Jawaharlal Nehru, 15th August 1947
As a concerned citizen of this incredible country, it really disturbs me that even after being an independent nation for more than 73 years, we still haven't managed to awake India to life and freedom.
The root cause is a miserably failed education system. A system that could not develop confidence in these voiceless communities, so they could fight together against the injustice. A system that could not teach empathy to the people in power, consequently, and unfortunately, making most of them deaf to the hue and cry of these helpless citizens.
The gravity of this situation magnifies exponentially in the rural education setup. The main reason is the lack of involvement of the families in the overall growth of the child. There are a couple of reasons – lack of ability, lack of intent, and sometimes, the lack of belief in the fact, that education is indeed a very powerful tool.
Tell us about the school
Kalkeri Sangeet Vidyalaya is located in a very remote village in Dharwad district, Karnataka. With the help of a successful Child sponsorship program, the school provides free academic, music, food and residential facilities to more than 200 kids who come from the underprivileged background. Around 90% of them are the first generation learners. The average monthly income of some of the families is less than Rs 5000
What is your plan?
I want to transform this school into a source of community development. I have a three-stage plan to execute this idea:
Stage 1: Assessment and Support
- Topic-wise extra classes so that weak students from different grades can learn together
- Intense classroom observations and one-to-one discussions with the teachers in developing a deeper understanding of their challenges
- Designing a process of a constructive feedback mechanism for the teachers and student
- Developing master trainers in the school
- Field visit for teachers and students to different organizations to give them a first-hand exposure of best practices, and supporting the teachers to integrate the ideas in their classes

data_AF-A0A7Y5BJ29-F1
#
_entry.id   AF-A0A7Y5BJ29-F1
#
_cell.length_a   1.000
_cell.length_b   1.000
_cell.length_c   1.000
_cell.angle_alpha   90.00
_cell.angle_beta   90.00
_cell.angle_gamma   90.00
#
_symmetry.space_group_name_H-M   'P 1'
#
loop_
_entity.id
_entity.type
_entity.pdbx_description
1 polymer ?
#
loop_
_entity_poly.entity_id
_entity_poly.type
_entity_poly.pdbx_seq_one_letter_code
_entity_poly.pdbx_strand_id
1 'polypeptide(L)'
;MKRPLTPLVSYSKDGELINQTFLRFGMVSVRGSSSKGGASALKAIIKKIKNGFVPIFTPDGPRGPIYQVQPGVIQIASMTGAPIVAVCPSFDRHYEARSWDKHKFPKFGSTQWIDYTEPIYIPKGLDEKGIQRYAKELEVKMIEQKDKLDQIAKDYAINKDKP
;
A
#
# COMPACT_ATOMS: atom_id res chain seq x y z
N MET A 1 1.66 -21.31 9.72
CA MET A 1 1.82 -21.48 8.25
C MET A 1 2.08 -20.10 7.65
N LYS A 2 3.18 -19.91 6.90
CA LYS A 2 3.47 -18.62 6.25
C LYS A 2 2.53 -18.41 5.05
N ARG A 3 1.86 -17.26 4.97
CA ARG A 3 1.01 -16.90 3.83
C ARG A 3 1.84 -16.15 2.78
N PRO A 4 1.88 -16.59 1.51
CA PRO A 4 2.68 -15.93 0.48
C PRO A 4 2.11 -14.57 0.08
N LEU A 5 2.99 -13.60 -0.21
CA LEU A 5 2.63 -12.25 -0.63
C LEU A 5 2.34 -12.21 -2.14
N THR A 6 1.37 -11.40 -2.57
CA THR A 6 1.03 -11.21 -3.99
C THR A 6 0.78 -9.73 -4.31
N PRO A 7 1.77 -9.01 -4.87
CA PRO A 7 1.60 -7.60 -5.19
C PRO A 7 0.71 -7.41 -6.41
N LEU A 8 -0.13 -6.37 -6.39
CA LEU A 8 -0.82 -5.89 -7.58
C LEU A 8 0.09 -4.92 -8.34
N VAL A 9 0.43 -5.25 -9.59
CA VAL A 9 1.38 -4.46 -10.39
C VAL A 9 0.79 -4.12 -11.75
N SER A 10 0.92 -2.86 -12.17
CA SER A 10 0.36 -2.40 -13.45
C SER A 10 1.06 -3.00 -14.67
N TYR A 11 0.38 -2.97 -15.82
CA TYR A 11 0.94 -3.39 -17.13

- Developing a culture of an Arts-based curriculum
- Master trainers will conduct quality training for the teachers and senior students
- Senior students (mostly girls) will conduct capacity building sessions for the parents
- Students will design an Arts-based curriculum to spread socio, economic and political awareness in their communities
Cost per child: INR 650 per month (annual increase~ 15-20%)
Total Children: 230
Duration of the project: 5 years
- Professional services:
- Full-time/Part-time employees
- Teaching aids
- Props and aids for arts-based learning
- Music instruments
- Field visits for teachers and students
- Content development
- Workshops for parents
- Programmes for community development
- Travel, food, accommodation
It was amazing. I came as an English teaching volunteer in 2017. There were drama projects where the students were encouraged to write their own script, dialogues, and then perform it in the class.
Being a musician, I was also involved with the music department, supporting the teachers in strengthening their classes.
After completing my one year of volunteering, I was very much at peace with the things around and I decided to move back to the corporate sector. But a few months later, something tragic happened and I started realizing that the root cause of all such issues, which have paralyzed society is a failed education system. There was this humble realization that a long-term commitment is required to bring an impact.